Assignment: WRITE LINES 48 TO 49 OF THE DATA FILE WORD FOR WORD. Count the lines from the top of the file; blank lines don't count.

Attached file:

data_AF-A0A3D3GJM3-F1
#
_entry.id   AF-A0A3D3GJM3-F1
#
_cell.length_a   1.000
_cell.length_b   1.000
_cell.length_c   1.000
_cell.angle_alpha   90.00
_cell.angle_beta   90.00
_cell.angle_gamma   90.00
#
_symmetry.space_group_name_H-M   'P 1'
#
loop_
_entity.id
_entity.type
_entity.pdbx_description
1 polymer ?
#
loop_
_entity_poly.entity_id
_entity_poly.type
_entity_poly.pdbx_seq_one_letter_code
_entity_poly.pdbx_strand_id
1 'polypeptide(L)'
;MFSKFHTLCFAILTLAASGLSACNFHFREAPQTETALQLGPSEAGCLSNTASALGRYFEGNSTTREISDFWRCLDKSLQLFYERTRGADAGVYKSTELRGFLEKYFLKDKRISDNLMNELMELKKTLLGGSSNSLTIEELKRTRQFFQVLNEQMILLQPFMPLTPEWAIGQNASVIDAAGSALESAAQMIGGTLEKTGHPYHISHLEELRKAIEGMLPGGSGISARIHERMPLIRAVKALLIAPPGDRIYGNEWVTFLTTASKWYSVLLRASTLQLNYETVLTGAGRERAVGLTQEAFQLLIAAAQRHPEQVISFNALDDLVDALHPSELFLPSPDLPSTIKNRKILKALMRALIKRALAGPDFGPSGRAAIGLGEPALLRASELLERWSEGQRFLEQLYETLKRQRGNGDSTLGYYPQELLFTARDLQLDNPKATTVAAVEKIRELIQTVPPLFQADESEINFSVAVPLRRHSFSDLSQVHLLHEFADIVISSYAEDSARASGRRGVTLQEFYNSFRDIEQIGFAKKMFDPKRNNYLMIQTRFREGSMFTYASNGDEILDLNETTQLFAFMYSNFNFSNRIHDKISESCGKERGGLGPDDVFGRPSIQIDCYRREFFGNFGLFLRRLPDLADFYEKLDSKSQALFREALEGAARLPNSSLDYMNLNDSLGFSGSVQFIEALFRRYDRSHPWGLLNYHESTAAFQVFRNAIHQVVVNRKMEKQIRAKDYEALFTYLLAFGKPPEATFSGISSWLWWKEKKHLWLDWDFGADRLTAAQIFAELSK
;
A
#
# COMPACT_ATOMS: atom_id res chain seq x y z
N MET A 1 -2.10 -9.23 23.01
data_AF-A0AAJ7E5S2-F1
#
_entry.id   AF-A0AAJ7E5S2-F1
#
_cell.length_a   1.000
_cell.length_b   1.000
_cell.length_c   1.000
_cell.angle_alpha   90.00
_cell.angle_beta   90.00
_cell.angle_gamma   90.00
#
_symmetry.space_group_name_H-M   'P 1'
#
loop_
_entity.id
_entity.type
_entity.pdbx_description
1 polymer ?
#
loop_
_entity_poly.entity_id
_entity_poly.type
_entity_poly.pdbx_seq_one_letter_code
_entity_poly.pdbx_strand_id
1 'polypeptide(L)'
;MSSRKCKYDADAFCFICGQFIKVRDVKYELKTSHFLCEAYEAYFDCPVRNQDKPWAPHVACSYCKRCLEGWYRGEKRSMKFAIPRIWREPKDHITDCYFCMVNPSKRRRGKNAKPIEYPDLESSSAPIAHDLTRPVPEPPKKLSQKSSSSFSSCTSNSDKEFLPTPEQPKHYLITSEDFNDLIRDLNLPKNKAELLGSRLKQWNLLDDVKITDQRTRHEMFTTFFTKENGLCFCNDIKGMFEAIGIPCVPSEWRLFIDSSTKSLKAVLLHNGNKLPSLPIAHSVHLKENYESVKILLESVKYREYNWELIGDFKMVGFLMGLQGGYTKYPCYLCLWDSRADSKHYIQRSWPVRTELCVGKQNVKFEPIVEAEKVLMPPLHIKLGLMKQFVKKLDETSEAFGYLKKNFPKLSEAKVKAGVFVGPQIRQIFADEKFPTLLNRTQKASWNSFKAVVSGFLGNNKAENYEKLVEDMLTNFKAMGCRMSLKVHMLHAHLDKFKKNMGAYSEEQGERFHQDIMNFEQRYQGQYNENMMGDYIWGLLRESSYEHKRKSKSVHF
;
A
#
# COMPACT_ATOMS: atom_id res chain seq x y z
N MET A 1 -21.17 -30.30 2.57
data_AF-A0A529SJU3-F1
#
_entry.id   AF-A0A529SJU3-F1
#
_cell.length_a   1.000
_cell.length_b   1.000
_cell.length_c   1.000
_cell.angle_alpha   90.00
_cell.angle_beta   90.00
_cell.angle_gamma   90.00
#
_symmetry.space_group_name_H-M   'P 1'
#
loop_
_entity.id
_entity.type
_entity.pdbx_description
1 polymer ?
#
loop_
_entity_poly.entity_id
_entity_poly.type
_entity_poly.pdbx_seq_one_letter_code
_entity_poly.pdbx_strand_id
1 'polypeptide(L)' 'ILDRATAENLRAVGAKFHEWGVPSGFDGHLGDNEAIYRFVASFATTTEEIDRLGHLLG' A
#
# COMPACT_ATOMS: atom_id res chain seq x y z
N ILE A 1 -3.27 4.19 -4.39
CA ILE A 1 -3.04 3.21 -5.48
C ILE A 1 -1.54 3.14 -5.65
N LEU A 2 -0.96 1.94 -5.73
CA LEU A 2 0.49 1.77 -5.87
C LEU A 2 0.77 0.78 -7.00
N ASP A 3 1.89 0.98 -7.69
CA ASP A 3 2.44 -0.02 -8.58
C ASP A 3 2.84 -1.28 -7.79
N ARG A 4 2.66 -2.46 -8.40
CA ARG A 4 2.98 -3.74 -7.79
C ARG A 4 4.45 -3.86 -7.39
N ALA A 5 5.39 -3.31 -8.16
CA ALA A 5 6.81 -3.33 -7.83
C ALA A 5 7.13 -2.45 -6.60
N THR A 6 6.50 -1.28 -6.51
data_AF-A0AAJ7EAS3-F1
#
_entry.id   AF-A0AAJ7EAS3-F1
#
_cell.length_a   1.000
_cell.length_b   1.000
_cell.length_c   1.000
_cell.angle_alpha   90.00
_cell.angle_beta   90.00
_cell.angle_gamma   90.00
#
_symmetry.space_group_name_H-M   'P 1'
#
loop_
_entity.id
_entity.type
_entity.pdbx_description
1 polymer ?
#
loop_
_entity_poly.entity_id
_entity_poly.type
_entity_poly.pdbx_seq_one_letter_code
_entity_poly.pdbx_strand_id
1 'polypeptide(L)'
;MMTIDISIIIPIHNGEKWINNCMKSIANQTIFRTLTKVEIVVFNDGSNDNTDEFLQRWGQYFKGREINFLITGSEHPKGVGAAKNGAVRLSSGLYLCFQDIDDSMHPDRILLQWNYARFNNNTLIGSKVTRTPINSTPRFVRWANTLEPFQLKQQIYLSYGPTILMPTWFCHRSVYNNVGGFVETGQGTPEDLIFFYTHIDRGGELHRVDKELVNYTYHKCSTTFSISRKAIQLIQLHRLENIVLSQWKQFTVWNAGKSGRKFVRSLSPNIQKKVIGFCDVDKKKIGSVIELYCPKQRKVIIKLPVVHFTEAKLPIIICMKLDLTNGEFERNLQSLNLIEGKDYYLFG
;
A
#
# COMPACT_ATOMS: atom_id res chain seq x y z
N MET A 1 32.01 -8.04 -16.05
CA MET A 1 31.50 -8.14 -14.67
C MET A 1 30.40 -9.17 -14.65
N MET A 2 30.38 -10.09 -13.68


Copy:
_entity.pdbx_description
1 polymer ?